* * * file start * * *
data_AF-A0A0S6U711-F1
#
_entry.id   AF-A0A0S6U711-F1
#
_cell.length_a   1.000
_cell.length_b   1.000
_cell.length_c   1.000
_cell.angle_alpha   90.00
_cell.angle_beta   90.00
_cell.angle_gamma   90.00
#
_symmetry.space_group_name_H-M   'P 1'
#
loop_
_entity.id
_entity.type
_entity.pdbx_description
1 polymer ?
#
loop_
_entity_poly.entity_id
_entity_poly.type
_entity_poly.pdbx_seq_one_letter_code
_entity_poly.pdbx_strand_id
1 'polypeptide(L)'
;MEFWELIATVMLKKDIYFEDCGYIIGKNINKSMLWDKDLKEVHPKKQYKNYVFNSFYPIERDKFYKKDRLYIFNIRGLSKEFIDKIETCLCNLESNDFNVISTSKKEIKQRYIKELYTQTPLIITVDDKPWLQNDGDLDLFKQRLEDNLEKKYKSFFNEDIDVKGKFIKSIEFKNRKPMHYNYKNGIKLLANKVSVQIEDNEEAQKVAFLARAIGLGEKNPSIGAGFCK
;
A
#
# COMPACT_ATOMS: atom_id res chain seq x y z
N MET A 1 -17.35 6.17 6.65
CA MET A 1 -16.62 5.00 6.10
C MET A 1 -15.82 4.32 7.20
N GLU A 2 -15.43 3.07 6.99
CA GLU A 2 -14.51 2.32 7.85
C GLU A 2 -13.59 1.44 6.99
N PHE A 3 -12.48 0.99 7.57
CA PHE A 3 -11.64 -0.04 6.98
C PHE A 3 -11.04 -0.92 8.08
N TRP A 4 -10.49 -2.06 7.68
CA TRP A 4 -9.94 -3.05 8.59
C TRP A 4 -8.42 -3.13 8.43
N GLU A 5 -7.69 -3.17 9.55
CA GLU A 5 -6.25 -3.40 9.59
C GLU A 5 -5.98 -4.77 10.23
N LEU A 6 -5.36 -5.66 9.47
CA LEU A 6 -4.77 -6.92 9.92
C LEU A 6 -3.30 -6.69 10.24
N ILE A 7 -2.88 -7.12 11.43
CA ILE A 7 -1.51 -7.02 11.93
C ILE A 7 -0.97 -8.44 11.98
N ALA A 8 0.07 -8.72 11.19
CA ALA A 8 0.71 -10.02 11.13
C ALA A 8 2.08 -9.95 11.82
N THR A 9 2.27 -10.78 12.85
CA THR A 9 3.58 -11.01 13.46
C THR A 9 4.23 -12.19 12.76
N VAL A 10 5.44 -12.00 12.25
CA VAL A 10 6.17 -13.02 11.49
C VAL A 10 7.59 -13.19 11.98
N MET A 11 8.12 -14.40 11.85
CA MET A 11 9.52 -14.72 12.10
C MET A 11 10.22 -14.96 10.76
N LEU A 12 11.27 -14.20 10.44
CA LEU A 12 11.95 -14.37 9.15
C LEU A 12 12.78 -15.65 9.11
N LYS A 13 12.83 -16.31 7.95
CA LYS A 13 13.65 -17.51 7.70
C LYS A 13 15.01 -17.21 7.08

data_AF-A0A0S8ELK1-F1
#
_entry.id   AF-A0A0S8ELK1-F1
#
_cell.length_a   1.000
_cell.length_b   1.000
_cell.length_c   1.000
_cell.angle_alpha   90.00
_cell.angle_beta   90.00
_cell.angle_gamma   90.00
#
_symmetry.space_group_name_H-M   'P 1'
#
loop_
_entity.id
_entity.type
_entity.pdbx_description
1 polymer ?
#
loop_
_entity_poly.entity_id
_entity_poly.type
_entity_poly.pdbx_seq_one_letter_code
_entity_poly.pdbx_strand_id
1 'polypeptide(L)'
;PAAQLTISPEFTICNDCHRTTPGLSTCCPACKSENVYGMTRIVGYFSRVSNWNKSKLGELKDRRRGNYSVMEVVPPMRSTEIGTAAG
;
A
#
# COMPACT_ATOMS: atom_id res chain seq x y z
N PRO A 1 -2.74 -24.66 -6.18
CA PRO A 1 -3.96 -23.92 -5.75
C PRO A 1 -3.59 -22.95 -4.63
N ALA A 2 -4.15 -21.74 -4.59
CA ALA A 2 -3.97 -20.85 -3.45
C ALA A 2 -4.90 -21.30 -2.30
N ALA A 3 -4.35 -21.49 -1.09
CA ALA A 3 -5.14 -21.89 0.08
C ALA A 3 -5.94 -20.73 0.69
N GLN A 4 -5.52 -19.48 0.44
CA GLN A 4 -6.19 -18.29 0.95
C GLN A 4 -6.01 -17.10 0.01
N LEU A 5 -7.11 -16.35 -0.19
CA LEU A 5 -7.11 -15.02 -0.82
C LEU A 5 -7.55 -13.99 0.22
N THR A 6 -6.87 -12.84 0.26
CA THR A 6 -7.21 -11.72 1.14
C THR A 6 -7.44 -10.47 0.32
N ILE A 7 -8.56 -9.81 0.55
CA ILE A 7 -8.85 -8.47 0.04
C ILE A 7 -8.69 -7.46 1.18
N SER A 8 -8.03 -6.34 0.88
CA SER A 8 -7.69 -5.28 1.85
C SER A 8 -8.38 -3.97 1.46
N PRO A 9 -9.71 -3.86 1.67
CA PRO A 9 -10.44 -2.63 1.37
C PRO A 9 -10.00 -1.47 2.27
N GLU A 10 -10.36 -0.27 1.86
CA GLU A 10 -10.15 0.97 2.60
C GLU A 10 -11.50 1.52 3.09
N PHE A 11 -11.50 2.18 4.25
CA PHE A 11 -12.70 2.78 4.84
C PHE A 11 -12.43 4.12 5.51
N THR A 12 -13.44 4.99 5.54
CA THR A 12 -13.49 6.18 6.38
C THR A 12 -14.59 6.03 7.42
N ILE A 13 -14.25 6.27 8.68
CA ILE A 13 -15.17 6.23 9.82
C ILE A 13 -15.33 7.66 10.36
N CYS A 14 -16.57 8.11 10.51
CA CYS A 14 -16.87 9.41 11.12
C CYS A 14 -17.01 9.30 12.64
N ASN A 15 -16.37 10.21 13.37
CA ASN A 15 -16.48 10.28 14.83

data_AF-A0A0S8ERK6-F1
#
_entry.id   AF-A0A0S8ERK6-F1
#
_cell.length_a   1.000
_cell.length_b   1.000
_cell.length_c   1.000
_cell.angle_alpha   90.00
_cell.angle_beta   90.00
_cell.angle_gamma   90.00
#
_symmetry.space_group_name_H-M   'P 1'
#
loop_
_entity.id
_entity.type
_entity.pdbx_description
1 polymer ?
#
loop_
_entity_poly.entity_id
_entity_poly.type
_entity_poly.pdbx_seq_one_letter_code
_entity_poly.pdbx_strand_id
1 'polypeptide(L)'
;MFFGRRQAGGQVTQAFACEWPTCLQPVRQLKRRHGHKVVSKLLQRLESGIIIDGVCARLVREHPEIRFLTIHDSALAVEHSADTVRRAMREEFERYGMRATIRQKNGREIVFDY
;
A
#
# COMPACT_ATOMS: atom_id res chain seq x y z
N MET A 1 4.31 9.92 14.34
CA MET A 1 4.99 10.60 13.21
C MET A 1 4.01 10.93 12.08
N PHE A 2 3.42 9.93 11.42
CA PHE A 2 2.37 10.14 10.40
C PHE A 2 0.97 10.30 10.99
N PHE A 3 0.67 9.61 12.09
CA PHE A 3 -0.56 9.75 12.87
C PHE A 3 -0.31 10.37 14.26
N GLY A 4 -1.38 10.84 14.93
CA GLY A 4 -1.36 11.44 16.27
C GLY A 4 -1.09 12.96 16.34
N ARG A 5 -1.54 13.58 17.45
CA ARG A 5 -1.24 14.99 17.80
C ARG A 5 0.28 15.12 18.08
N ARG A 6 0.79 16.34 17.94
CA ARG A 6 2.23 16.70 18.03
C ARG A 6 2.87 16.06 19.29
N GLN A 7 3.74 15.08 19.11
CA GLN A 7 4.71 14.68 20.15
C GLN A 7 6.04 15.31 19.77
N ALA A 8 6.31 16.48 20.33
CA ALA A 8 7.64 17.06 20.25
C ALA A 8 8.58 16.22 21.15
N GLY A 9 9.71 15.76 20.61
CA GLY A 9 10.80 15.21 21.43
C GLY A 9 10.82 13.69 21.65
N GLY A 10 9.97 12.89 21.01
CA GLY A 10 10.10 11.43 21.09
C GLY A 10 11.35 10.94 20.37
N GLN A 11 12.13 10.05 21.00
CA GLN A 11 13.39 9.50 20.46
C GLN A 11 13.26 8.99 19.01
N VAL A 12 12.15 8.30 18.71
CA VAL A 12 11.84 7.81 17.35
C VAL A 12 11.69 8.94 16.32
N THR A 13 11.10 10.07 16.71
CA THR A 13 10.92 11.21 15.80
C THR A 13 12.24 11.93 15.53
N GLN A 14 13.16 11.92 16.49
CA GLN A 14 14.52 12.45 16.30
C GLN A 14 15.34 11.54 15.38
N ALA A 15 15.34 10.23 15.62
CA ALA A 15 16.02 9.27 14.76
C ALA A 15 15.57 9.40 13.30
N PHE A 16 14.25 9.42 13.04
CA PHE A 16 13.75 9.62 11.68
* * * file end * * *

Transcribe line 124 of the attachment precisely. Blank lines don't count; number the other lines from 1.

N PRO A 9 -9.71 -3.86 1.67